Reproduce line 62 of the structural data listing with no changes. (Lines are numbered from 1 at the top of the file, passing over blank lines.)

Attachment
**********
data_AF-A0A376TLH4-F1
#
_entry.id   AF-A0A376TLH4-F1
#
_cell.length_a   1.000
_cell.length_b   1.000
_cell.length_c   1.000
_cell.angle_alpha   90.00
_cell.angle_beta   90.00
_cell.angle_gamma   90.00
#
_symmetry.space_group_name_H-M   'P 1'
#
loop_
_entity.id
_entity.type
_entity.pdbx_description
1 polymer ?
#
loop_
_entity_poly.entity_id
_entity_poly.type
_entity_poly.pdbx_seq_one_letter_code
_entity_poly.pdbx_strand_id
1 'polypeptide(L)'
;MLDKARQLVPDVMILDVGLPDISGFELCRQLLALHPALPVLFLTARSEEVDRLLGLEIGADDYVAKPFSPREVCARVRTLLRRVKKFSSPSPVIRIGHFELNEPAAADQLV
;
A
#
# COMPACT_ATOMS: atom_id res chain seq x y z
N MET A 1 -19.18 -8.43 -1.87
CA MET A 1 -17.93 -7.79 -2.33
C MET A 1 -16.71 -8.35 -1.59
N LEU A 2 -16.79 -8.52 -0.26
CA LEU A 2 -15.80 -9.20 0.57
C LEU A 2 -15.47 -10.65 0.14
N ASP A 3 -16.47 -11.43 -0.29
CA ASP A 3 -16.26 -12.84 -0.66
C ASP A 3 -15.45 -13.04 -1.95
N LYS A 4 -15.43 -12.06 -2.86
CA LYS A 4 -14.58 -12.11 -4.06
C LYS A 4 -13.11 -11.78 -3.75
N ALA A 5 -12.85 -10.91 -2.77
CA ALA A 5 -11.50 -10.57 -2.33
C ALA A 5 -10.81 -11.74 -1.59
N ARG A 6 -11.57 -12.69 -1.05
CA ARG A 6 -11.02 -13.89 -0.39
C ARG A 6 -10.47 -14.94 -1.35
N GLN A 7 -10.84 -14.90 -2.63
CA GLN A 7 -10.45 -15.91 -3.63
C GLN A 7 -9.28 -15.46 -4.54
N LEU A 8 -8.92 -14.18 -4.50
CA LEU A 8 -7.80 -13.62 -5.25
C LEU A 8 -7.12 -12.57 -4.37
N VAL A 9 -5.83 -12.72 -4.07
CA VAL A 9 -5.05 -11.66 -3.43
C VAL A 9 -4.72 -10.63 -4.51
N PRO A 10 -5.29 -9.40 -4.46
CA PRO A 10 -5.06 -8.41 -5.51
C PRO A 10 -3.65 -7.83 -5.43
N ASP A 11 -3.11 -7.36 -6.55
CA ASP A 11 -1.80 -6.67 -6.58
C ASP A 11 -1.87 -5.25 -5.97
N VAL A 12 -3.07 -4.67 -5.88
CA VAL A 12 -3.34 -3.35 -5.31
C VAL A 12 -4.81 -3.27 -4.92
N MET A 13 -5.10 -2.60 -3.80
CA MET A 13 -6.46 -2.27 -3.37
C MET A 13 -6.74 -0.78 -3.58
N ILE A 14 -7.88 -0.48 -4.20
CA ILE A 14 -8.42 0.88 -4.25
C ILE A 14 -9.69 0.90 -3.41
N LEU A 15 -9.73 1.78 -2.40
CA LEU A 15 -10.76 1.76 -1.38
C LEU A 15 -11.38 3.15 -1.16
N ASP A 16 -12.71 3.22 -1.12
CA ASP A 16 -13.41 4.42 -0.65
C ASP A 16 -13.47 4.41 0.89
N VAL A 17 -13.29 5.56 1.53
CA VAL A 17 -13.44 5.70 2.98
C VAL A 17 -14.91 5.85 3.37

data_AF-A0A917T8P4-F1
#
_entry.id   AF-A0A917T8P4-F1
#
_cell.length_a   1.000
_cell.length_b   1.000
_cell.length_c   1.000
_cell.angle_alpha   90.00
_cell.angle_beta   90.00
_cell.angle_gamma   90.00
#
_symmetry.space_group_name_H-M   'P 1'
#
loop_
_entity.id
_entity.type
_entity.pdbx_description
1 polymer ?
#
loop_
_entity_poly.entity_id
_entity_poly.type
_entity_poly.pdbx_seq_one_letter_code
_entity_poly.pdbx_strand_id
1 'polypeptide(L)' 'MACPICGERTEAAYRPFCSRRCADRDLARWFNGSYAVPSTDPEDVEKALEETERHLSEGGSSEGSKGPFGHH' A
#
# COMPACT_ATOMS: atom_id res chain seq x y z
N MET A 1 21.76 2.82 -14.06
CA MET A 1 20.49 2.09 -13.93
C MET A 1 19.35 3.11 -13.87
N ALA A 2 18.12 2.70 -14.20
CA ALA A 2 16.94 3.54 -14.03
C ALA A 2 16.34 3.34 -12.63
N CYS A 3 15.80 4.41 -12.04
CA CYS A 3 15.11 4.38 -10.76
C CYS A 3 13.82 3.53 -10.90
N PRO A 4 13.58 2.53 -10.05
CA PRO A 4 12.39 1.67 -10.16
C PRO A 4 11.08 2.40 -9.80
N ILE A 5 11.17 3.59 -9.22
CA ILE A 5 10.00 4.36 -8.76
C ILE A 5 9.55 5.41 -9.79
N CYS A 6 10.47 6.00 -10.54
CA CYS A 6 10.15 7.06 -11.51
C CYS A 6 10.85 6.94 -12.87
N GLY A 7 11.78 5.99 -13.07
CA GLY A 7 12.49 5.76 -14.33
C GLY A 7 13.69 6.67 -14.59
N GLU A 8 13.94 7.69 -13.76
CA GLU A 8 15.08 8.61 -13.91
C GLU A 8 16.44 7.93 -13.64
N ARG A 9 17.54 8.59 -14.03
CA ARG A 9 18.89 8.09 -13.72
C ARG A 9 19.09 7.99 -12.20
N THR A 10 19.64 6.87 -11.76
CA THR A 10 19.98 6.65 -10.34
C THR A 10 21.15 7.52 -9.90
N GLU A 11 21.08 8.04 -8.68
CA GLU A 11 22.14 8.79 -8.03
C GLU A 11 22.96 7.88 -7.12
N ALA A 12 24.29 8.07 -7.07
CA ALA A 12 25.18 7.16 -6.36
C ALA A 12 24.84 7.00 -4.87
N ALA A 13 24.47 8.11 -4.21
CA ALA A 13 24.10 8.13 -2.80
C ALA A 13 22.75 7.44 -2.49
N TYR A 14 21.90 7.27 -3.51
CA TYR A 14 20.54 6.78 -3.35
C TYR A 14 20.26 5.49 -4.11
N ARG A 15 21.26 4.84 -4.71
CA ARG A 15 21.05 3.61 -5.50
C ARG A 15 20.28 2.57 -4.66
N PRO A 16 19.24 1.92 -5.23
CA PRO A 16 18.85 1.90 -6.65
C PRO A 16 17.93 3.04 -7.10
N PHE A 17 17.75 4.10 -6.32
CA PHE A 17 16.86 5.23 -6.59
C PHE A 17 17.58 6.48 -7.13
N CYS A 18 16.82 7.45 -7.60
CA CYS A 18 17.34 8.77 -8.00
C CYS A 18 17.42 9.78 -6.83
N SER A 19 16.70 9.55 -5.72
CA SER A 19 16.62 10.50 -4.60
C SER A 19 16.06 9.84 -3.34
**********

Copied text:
CA ASP A 11 -1.80 -6.67 -6.58